1. Duckweed as a problem in nutrient-enriched water Duckweed is a free-floating plant whose populations can attain nuisance levels in slow moving freshwater rivers and ponds, particularly when the water has added nutrients from human farming and industrial activities (Lynch, 2004). Nutrients, mainly nitrogen (N), potassium (K), and phosphorus (P), are applied in
Introduction Our aim of this experiment is to determine how eutrophication affects the growth of duckweed by adding different concentrations of fertilizers to the water with different types and forms of fertilizer keeping it in set conditions for a period of two months to observe how eutrophication affects the growth of duckweed. Thus our hypothesis for this aim is that it is expected that eutrophication would affect the growth of duckweed when different concentrations of fertilizers are added to the water. The reason for studying this aim is that we wish to see how eutrophication affects plant growth in the water even if fertilizers are added to the water. Literature Review The research question that we hope to answer is how eutrophication
However, the rate of the removal was shown to be incredibly slow (with tray B featuring the highest removal rate at a mere 1.11mg/l per day) and, in agreement with the literature (Vanitha, Nampoothiri, Menon & Sivapragasam 2013), would suggest that duckweed would not make a fitting alternative to current means of reducing nitrate pollution in terms of practicality and efficiency, though this may be negated by massive amounts of duckweed in large scale applications such as that used in the experiments carried out in the literature (Yang 2013, Skillicorn
How the data will be analyzed? • The data will be analyzed by the use of a line graph. • And the data will also be analyzed with the use of a table. Hypothesis It is expected that the different fertilisers will have an effect on the growth of the duckweed Aim It is determined that the fertilisers will ensure a rapid growth on the duckweed to aid pond owners in avoiding to use said fertilisers so that their ponds will be rid of duckweed to ensure the life in the water will remain there. Rationale We deem the findings of our research as important because it will help pond owners maintaining their
Effect of salt stress on growth, chlorophyll content, lipid peroxidation and antioxidant defence systems in Phaseolus vulgaris L. Khaled Taïbi a,c,d,⁎, Fadhila Taïbi a, Leila Ait Abderrahim a, Amel Ennajah b, Moulay Belkhodja c, José Miguel Mulet. South African Journal of Botany 105 (2016) 306–312 Fig 1. Interaction effect of different Co concentration and NaCl on chlorophyll a Fig 2. Interaction effect of different Co concentration and NaCl on chlorophyll b Fig 3. Interaction effect of different Co concentration and NaCl on carotenoids Fig 4.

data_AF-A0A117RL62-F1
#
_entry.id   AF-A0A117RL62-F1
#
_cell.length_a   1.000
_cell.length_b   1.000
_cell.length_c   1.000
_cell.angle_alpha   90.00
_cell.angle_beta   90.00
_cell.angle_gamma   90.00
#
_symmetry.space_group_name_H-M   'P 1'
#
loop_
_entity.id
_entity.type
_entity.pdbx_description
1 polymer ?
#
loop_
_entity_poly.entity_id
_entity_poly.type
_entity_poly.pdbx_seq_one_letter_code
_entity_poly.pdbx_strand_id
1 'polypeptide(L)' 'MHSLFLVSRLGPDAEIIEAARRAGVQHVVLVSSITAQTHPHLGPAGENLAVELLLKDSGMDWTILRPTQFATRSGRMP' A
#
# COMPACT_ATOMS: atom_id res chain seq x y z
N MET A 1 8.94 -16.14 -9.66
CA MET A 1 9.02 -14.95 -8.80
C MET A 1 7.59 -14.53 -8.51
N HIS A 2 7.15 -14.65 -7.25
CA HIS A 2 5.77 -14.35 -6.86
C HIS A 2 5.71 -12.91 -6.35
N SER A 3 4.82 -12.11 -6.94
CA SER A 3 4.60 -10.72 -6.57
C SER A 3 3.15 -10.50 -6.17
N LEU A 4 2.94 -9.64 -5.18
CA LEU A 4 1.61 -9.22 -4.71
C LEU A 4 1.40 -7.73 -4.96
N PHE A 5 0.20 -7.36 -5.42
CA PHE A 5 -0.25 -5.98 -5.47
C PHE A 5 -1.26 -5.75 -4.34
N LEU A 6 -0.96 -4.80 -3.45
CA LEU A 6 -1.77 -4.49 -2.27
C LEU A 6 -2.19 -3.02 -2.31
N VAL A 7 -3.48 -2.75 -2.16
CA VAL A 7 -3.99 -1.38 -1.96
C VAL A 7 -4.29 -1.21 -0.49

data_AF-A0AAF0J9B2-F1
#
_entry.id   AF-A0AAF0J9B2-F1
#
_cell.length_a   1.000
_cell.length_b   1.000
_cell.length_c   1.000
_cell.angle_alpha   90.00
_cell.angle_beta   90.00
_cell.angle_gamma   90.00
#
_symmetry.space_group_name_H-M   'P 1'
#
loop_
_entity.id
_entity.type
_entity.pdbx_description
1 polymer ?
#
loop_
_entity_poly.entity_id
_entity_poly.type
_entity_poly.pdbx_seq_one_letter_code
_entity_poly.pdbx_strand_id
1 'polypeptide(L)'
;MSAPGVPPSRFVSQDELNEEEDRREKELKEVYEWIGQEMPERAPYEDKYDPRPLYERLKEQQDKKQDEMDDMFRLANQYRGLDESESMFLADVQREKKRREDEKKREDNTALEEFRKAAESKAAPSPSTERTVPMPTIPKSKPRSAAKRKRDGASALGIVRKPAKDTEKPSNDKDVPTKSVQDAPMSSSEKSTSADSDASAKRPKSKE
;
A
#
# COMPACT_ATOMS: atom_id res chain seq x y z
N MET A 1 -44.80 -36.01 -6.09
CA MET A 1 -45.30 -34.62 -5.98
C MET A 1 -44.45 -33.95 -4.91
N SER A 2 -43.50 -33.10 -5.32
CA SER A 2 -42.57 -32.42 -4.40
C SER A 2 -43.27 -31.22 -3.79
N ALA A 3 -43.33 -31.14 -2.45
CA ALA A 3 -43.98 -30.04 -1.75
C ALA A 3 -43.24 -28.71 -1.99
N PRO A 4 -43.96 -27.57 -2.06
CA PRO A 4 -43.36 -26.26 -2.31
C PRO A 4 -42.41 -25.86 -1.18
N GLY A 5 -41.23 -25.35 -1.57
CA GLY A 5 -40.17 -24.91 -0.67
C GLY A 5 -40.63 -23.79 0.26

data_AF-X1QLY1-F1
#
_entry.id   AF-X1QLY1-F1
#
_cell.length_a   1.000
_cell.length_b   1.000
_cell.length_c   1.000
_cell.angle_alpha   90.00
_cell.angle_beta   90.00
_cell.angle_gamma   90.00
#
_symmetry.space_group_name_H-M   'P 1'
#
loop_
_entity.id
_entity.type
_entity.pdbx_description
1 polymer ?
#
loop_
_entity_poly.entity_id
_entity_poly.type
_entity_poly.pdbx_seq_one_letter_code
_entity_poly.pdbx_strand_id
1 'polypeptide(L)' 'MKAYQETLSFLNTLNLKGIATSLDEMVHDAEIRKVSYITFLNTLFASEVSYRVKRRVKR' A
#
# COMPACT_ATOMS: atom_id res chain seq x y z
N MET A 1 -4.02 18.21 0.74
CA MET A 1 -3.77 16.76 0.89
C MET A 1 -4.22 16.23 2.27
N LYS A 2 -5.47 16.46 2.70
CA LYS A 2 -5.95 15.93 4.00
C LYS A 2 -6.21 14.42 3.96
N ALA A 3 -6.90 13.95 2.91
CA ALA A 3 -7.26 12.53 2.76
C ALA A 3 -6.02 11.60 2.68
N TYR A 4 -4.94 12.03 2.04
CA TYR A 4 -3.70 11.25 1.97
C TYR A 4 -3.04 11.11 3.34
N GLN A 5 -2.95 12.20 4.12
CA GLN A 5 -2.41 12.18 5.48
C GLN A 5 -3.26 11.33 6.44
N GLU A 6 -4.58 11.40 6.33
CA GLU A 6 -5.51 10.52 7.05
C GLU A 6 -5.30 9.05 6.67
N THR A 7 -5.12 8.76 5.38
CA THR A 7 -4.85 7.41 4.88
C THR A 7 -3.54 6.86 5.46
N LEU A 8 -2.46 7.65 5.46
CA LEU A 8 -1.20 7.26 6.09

The Effect of Climate Change on the Golden Toad Introduction Throughout history the Earth’s climate continually cooled and warmed with weather regimes changing. This natural process is being enhanced through human activities that are increasing the warming of the atmosphere at a more rapid rate than previously seen. Among the many threats to biodiversity; the destruction of habitats, population growth, pollution, invasive species and overexploitation, climate change is having an adverse effect on biodiversity. The connection between biodiversity and climate change has been established for quite some time now. Ecosystems are already showing negative impacts under current levels of climate change.
Some features affect negatively on the decomposition rate such as; lignin, tannins, nitrogen ratio and hardness of the leaf surface. This paper reports an experiment of leaf decomposition rates for two species; Conocarpus erectus and Albizia lebbeck. It tests the hypothesis that decomposition rate of leaf litter affected by the leaf characteristics and other biological factors such as invertebrates, fungi and
If salinity as occurred in that area, wilted plant and leaf burn would be shown on the plant/s salinity affected. Another factor to consider is finding clovers within crops as if they are affected by salinity the pasture quality and quantity will decrease. When plant seems stressed mixing saline water with channelled water is a factor which might help the plant continue growing and spreading. Figure 5 shows what plants are salt tolerant from 0 – 5.00 dS/m; to which clovers are very weak and salt bushes are one of the strongest. Using salt bushes to feed the cattle will help the salinity problem as salt bush suck out all the salt in the ground and other crops used to feed the cattle may not be needed therefore having more space to grow other crops.
The effect of acid rain on seedling germination By Lily and Zeenat 4th May 2017 Question How does acid rain effect seedling germination(bean seeds) Hypothesis The bean seeds being watered with acid rain will begin to dry up, lose colour, start cracking and stop growing Aim To test whether acid rain will have an effect on seedling germination Introduction When sulfur oxides and nitrogen oxides incorporate into rain, snow or mist, the result is acid precipitation. Acid rain is particularly deadly to green growing things, impacting forest health, farmers' livelihood and the world's precious food supply. Diminished Soil Nutrients As acid rain falls onto soil, it may reduce in acidity because of contact with alkaline or basic substances such as limestone or calcium carbonate. The acid may also be simply immobilized if the sulfate or nitrate ions of the sulfuric and nitric acids are retained in soil or vegetation. The interaction of acid rain with soil is bad for any plants trying to grow there.